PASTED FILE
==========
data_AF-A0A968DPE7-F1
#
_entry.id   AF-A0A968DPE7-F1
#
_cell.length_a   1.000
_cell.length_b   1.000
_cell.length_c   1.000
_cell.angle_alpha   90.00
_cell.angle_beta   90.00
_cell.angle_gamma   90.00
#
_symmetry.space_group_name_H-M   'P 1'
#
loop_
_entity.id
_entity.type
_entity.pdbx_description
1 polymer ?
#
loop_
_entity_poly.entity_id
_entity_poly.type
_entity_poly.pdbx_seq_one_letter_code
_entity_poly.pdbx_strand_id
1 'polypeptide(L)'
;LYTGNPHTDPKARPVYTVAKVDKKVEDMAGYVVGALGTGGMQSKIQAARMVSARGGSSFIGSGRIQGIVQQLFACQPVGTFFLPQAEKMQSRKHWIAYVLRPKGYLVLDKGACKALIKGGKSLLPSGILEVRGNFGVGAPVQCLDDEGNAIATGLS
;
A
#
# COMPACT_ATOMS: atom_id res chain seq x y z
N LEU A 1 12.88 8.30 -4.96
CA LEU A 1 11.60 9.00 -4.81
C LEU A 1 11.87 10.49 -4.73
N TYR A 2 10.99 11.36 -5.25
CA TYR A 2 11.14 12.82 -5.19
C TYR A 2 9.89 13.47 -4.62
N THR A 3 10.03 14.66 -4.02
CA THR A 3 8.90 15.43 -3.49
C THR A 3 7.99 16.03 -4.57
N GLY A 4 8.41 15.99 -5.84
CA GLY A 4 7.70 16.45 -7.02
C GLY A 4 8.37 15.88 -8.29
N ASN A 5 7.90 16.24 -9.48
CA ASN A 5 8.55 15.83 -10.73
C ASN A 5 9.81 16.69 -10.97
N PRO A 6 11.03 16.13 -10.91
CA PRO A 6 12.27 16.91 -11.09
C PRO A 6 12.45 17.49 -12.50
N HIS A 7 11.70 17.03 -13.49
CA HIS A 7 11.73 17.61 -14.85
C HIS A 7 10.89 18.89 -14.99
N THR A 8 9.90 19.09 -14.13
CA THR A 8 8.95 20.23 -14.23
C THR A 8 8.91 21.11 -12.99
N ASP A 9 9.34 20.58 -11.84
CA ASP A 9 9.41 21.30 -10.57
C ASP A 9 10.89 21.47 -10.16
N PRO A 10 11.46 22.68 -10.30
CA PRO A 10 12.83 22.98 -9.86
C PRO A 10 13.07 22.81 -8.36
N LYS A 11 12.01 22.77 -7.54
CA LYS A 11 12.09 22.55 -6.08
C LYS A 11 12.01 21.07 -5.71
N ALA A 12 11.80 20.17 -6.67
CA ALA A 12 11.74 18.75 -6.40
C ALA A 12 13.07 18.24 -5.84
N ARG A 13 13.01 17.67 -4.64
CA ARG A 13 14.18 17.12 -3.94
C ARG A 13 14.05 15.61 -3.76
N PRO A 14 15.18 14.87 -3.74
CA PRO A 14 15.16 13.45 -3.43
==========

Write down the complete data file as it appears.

data_AF-A0A968DPE7-F1
#
_entry.id   AF-A0A968DPE7-F1
#
_cell.length_a   1.000
_cell.length_b   1.000
_cell.length_c   1.000
_cell.angle_alpha   90.00
_cell.angle_beta   90.00
_cell.angle_gamma   90.00
#
_symmetry.space_group_name_H-M   'P 1'
#
loop_
_entity.id
_entity.type
_entity.pdbx_description
1 polymer ?
#
loop_
_entity_poly.entity_id
_entity_poly.type
_entity_poly.pdbx_seq_one_letter_code
_entity_poly.pdbx_strand_id
1 'polypeptide(L)'
;LYTGNPHTDPKARPVYTVAKVDKKVEDMAGYVVGALGTGGMQSKIQAARMVSARGGSSFIGSGRIQGIVQQLFACQPVGTFFLPQAEKMQSRKHWIAYVLRPKGYLVLDKGACKALIKGGKSLLPSGILEVRGNFGVGAPVQCLDDEGNAIATGLS
;
A
#
# COMPACT_ATOMS: atom_id res chain seq x y z
N LEU A 1 12.88 8.30 -4.96
CA LEU A 1 11.60 9.00 -4.81
C LEU A 1 11.87 10.49 -4.73
N TYR A 2 10.99 11.36 -5.25
CA TYR A 2 11.14 12.82 -5.19
C TYR A 2 9.89 13.47 -4.62
N THR A 3 10.03 14.66 -4.02
CA THR A 3 8.90 15.43 -3.49
C THR A 3 7.99 16.03 -4.57
N GLY A 4 8.41 15.99 -5.84
CA GLY A 4 7.70 16.45 -7.02
C GLY A 4 8.37 15.88 -8.29
N ASN A 5 7.90 16.24 -9.48
CA ASN A 5 8.55 15.83 -10.73
C ASN A 5 9.81 16.69 -10.97
N PRO A 6 11.03 16.13 -10.91
CA PRO A 6 12.27 16.91 -11.09
C PRO A 6 12.45 17.49 -12.50
N HIS A 7 11.70 17.03 -13.49
CA HIS A 7 11.73 17.61 -14.85
C HIS A 7 10.89 18.89 -14.99
N THR A 8 9.90 19.09 -14.13
CA THR A 8 8.95 20.23 -14.23
C THR A 8 8.91 21.11 -12.99
N ASP A 9 9.34 20.58 -11.84
CA ASP A 9 9.41 21.30 -10.57
C ASP A 9 10.89 21.47 -10.16
N PRO A 10 11.46 22.68 -10.30
CA PRO A 10 12.83 22.98 -9.86
C PRO A 10 13.07 22.81 -8.36
N LYS A 11 12.01 22.77 -7.54
CA LYS A 11 12.09 22.55 -6.08
C LYS A 11 12.01 21.07 -5.71
N ALA A 12 11.80 20.17 -6.67
CA ALA A 12 11.74 18.75 -6.40
C ALA A 12 13.07 18.24 -5.84
N ARG A 13 13.01 17.67 -4.64
CA ARG A 13 14.18 17.12 -3.94
C ARG A 13 14.05 15.61 -3.76
N PRO A 14 15.18 14.87 -3.74
CA PRO A 14 15.16 13.45 -3.43